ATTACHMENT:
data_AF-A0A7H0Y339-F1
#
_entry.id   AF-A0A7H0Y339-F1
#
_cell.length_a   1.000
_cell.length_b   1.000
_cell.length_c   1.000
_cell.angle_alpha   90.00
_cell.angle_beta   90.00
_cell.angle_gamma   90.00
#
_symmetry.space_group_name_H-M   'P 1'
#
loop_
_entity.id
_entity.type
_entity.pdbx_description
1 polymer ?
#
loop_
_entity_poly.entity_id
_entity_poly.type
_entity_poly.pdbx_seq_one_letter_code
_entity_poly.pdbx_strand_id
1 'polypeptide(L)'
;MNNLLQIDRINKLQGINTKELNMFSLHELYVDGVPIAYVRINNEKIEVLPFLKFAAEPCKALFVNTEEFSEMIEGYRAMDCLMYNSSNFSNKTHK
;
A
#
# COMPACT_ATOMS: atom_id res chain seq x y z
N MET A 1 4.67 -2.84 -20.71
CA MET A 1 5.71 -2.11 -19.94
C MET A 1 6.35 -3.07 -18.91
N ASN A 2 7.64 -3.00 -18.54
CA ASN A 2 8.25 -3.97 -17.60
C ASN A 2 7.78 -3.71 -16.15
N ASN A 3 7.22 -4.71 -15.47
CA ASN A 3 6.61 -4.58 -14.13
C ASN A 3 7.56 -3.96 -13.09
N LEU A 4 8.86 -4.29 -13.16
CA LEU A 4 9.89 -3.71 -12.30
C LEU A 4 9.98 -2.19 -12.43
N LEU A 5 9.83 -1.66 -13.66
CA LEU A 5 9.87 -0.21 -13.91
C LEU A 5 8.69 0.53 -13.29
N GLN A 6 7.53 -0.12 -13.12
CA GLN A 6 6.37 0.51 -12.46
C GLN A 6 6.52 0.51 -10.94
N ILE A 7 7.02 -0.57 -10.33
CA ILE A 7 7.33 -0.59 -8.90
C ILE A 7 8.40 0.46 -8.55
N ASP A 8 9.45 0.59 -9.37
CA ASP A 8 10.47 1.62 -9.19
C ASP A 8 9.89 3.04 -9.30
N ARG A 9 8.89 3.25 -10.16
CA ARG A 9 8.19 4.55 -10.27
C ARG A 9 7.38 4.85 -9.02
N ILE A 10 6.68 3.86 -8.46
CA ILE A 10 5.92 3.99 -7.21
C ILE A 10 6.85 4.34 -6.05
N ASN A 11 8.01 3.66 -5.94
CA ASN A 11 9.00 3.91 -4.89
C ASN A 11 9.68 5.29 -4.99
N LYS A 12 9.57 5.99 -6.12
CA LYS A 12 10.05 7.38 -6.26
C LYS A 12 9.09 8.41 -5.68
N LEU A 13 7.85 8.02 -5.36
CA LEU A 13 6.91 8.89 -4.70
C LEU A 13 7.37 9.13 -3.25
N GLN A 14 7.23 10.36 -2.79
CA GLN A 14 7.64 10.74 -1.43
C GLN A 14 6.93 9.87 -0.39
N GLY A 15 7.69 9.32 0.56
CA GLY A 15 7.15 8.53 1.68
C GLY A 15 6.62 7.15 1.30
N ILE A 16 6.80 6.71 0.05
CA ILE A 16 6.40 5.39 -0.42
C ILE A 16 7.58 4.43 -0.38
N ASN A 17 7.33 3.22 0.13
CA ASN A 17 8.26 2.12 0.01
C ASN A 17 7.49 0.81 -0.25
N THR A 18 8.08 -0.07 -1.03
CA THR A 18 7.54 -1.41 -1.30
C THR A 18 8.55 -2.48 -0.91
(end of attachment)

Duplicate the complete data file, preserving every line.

data_AF-A0A7H0Y339-F1
#
_entry.id   AF-A0A7H0Y339-F1
#
_cell.length_a   1.000
_cell.length_b   1.000
_cell.length_c   1.000
_cell.angle_alpha   90.00
_cell.angle_beta   90.00
_cell.angle_gamma   90.00
#
_symmetry.space_group_name_H-M   'P 1'
#
loop_
_entity.id
_entity.type
_entity.pdbx_description
1 polymer ?
#
loop_
_entity_poly.entity_id
_entity_poly.type
_entity_poly.pdbx_seq_one_letter_code
_entity_poly.pdbx_strand_id
1 'polypeptide(L)'
;MNNLLQIDRINKLQGINTKELNMFSLHELYVDGVPIAYVRINNEKIEVLPFLKFAAEPCKALFVNTEEFSEMIEGYRAMDCLMYNSSNFSNKTHK
;
A
#
# COMPACT_ATOMS: atom_id res chain seq x y z
N MET A 1 4.67 -2.84 -20.71
CA MET A 1 5.71 -2.11 -19.94
C MET A 1 6.35 -3.07 -18.91
N ASN A 2 7.64 -3.00 -18.54
CA ASN A 2 8.25 -3.97 -17.60
C ASN A 2 7.78 -3.71 -16.15
N ASN A 3 7.22 -4.71 -15.47
CA ASN A 3 6.61 -4.58 -14.13
C ASN A 3 7.56 -3.96 -13.09
N LEU A 4 8.86 -4.29 -13.16
CA LEU A 4 9.89 -3.71 -12.30
C LEU A 4 9.98 -2.19 -12.43
N LEU A 5 9.83 -1.66 -13.66
CA LEU A 5 9.87 -0.21 -13.91
C LEU A 5 8.69 0.53 -13.29
N GLN A 6 7.53 -0.12 -13.12
CA GLN A 6 6.37 0.51 -12.46
C GLN A 6 6.52 0.51 -10.94
N ILE A 7 7.02 -0.57 -10.33
CA ILE A 7 7.33 -0.59 -8.90
C ILE A 7 8.40 0.46 -8.55
N ASP A 8 9.45 0.59 -9.37
CA ASP A 8 10.47 1.62 -9.19
C ASP A 8 9.89 3.04 -9.30
N ARG A 9 8.89 3.25 -10.16
CA ARG A 9 8.19 4.55 -10.27
C ARG A 9 7.38 4.85 -9.02
N ILE A 10 6.68 3.86 -8.46
CA ILE A 10 5.92 3.99 -7.21
C ILE A 10 6.85 4.34 -6.05
N ASN A 11 8.01 3.66 -5.94
CA ASN A 11 9.00 3.91 -4.89
C ASN A 11 9.68 5.29 -4.99
N LYS A 12 9.57 5.99 -6.12
CA LYS A 12 10.05 7.38 -6.26
C LYS A 12 9.09 8.41 -5.68
N LEU A 13 7.85 8.02 -5.36
CA LEU A 13 6.91 8.89 -4.70
C LEU A 13 7.37 9.13 -3.25
N GLN A 14 7.23 10.36 -2.79
CA GLN A 14 7.64 10.74 -1.43
C GLN A 14 6.93 9.87 -0.39
N GLY A 15 7.69 9.32 0.56
CA GLY A 15 7.15 8.53 1.68
C GLY A 15 6.62 7.15 1.30
N ILE A 16 6.80 6.71 0.05
CA ILE A 16 6.40 5.39 -0.42
C ILE A 16 7.58 4.43 -0.38
N ASN A 17 7.33 3.22 0.13
CA ASN A 17 8.26 2.12 0.01
C ASN A 17 7.49 0.81 -0.25
N THR A 18 8.08 -0.07 -1.03
CA THR A 18 7.54 -1.41 -1.30
C THR A 18 8.55 -2.48 -0.91